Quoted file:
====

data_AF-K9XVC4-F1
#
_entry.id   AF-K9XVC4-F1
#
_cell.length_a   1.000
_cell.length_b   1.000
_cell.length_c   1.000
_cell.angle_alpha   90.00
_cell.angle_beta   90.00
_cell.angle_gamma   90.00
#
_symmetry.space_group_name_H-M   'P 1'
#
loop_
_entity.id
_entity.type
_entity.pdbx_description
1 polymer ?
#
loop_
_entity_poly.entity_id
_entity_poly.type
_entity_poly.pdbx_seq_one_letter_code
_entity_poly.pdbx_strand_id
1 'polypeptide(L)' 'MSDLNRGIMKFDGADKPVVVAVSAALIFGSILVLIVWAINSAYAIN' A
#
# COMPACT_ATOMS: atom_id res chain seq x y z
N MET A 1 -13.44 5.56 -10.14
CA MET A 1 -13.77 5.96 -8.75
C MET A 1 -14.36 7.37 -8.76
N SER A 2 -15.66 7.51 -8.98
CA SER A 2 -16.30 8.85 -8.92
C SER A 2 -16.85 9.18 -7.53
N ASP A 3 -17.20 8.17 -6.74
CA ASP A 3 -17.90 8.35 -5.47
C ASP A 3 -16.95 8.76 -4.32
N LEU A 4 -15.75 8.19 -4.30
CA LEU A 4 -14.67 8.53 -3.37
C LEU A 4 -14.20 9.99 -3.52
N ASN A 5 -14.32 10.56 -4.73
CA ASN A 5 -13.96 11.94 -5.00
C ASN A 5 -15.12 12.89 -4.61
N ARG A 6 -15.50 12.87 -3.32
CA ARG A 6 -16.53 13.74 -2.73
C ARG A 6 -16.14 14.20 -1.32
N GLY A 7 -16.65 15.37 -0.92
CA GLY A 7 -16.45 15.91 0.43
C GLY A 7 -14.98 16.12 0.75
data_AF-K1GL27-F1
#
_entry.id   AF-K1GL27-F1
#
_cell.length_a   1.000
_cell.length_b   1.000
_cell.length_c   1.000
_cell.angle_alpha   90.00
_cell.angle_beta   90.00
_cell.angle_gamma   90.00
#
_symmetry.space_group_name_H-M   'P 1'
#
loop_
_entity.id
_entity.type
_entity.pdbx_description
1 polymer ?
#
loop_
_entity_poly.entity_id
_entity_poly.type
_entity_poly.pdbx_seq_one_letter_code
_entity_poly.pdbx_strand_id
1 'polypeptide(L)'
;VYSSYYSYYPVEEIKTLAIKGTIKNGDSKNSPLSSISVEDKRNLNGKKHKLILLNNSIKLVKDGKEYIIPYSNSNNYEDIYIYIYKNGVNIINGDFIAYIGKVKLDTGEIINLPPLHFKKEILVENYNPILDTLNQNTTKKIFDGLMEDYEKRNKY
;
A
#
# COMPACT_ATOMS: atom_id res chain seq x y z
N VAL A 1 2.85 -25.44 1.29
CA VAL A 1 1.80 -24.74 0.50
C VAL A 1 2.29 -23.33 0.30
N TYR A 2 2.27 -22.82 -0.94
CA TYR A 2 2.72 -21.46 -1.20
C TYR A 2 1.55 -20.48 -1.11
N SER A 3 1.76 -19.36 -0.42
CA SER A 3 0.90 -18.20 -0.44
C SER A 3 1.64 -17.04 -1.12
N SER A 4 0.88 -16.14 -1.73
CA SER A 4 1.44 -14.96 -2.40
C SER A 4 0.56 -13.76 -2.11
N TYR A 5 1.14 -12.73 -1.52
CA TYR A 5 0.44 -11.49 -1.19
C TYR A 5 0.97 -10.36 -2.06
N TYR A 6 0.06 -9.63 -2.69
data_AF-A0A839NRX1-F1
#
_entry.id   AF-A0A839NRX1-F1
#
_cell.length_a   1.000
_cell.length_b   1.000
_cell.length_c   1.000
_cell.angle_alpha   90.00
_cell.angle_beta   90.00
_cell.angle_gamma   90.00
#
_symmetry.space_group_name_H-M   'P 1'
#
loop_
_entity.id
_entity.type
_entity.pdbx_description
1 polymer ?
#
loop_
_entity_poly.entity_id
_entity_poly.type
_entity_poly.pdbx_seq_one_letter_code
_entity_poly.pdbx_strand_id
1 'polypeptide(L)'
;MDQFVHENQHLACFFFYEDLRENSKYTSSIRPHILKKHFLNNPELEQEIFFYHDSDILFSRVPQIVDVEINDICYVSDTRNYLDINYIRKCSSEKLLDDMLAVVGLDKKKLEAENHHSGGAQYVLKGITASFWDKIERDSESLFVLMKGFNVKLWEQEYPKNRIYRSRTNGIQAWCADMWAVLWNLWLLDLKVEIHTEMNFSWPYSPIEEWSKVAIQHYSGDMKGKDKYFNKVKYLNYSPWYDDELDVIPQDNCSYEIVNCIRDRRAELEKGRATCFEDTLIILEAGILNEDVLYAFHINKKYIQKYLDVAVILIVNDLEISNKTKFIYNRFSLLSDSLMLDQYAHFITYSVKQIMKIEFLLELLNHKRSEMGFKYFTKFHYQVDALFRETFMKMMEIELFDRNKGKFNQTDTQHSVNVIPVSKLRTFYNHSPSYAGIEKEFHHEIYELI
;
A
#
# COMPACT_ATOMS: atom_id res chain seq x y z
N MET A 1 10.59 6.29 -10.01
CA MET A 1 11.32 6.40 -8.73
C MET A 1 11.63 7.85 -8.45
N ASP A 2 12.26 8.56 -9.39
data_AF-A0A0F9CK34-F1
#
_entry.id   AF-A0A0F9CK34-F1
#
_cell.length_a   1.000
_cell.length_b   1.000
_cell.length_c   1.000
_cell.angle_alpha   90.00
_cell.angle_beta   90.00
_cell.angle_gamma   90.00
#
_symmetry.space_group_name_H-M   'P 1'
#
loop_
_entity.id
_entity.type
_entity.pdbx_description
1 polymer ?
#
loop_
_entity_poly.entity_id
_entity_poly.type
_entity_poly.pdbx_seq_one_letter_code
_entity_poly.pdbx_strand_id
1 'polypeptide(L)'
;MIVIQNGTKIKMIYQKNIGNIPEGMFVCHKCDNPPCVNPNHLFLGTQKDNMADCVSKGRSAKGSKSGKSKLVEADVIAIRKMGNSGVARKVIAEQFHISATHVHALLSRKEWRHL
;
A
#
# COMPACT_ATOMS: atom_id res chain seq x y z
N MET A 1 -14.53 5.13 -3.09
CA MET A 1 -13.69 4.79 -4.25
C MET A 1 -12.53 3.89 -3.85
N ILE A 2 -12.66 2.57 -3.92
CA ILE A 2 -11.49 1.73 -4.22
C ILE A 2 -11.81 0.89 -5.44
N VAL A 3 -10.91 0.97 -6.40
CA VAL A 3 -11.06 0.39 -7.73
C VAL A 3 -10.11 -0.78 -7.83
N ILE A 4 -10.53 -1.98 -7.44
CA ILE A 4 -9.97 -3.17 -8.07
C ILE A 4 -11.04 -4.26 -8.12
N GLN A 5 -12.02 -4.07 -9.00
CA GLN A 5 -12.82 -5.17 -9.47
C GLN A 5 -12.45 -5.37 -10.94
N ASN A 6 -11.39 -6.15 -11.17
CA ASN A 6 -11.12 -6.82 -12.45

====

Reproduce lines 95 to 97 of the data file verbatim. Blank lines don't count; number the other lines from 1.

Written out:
data_AF-A0A839NRX1-F1
#
_entry.id   AF-A0A839NRX1-F1